The demonstrators marching to police headquarters on Saturday
More than a dozen people Zoomed in to a Burlington Board of Finance meeting Thursday evening to demand that the city defund its police department and reallocate the cash to services that help communities of color.
"Anything less than defunding and redistribution perpetuates fear and violence in our community, as we've seen across the country," Lydia Kern told the board. "If this seems radical to you, I challenge you to simply start thinking about it as the right thing to do."
The pleas for justice came days after more than 1,000 people gathered in Battery Park to protest police brutality. The demonstrators last Saturday condemned the death of George Floyd, a black man who died last week after a white Minneapolis police officer knelt on his neck for several minutes. Floyd's death has sparked protests and rallies across the globe.
The police department accounts for $17.4 million — or about 22 percent — of the city's proposed $77.7 million budget for next fiscal year.
"It's an important time right now to just think of different ways of bettering our community and keeping people safe," Ezra Steinfeld said. "It just takes a little imagination to think of all the ways that we could be spending $17 million that aren't in upholding of a violent system of discipline."
Mayor Miro Weinberger said that police reform has been one of his biggest priorities over the last five years. He said he's open to discussing the issue but that budget cuts would set back the department's community policing efforts.
"As much as we'd like to see a world where there wasn't a need for police, that's not the actual world we live in," Weinberger said. "We're having a conversation about defunding police at a time where we've gone through a pretty intense period of needing the police to respond to active shooters, to respond to homicides."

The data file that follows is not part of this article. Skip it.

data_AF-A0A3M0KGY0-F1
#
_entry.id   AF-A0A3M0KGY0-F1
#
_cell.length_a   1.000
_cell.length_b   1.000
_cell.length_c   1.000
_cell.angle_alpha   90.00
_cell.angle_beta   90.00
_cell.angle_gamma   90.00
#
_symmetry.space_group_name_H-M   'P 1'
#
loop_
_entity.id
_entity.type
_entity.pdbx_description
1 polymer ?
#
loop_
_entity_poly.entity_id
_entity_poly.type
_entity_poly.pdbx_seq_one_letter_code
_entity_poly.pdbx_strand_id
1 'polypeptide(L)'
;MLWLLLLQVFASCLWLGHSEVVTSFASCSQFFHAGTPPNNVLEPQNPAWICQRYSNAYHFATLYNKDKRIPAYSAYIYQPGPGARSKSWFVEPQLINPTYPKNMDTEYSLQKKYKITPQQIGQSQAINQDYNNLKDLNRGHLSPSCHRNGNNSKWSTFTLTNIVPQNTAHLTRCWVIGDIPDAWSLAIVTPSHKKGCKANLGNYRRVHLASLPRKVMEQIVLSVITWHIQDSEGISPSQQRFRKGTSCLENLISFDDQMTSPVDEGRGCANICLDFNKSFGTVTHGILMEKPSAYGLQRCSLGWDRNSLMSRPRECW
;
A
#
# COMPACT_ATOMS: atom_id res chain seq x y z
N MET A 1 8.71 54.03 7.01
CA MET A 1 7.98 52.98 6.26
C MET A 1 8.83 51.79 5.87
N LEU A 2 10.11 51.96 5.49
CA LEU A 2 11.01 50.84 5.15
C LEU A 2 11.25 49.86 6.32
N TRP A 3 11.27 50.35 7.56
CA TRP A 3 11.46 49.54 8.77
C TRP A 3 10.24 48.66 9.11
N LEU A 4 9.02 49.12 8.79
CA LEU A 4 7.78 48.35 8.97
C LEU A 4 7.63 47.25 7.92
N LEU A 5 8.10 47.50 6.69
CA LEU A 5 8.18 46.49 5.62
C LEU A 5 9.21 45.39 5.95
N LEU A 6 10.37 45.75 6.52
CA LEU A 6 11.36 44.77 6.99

Interim Police Chief Jennifer Morrison agreed, saying the department is already facing a 3 percent cut in next year's budget, equivalent to about $500,000. The mayor is proposing to leave eight officer positions vacant.
"We are not professing that the only way to keep a community safe is by people who carry guns," Morrison said. "We're saying, right now, society does not have better alternatives."
She added: "You can't decrease your numbers [of police officers] without putting the community at risk."
City Council President Max Tracy (P-Ward 2) suggested that police officers could be slowly swapped out for workers who can meet other needs in the community. Some callers suggested redirecting police funds to counseling services, addiction clinics and social workers, among others.
Tracy, one of four councilors on the board, said he's never heard nearly 20 people weigh in on a budget item such as the policing one. He said the board should listen to the public and take action.
The renewed demand that the city fire the three officers in question forced police brass to update the department's website on Thursday. The "frequently asked questions" section says the department will not reopen any internal investigations into the officers because prosecutors, external investigators and internal staff have already reviewed in the incidents.
All three officers were disciplined, albeit with penalties that activists say were insufficient. Sgt. Bellavance was suspended for three weeks without pay for using excessive force against a black man, whom the officer knocked unconscious.
Officer Corrow was not suspended despite being involved in a similar incident because, former chief Brandon del Pozo said last year, the officer was breaking up a fight. Instead, Corrow was "counseled" that he should have contacted dispatch and requested backup.
Officer Campbell was reprimanded for using foul language but was otherwise not penalized for his altercation with Douglas Kilburn, who died days after Campbell punched him.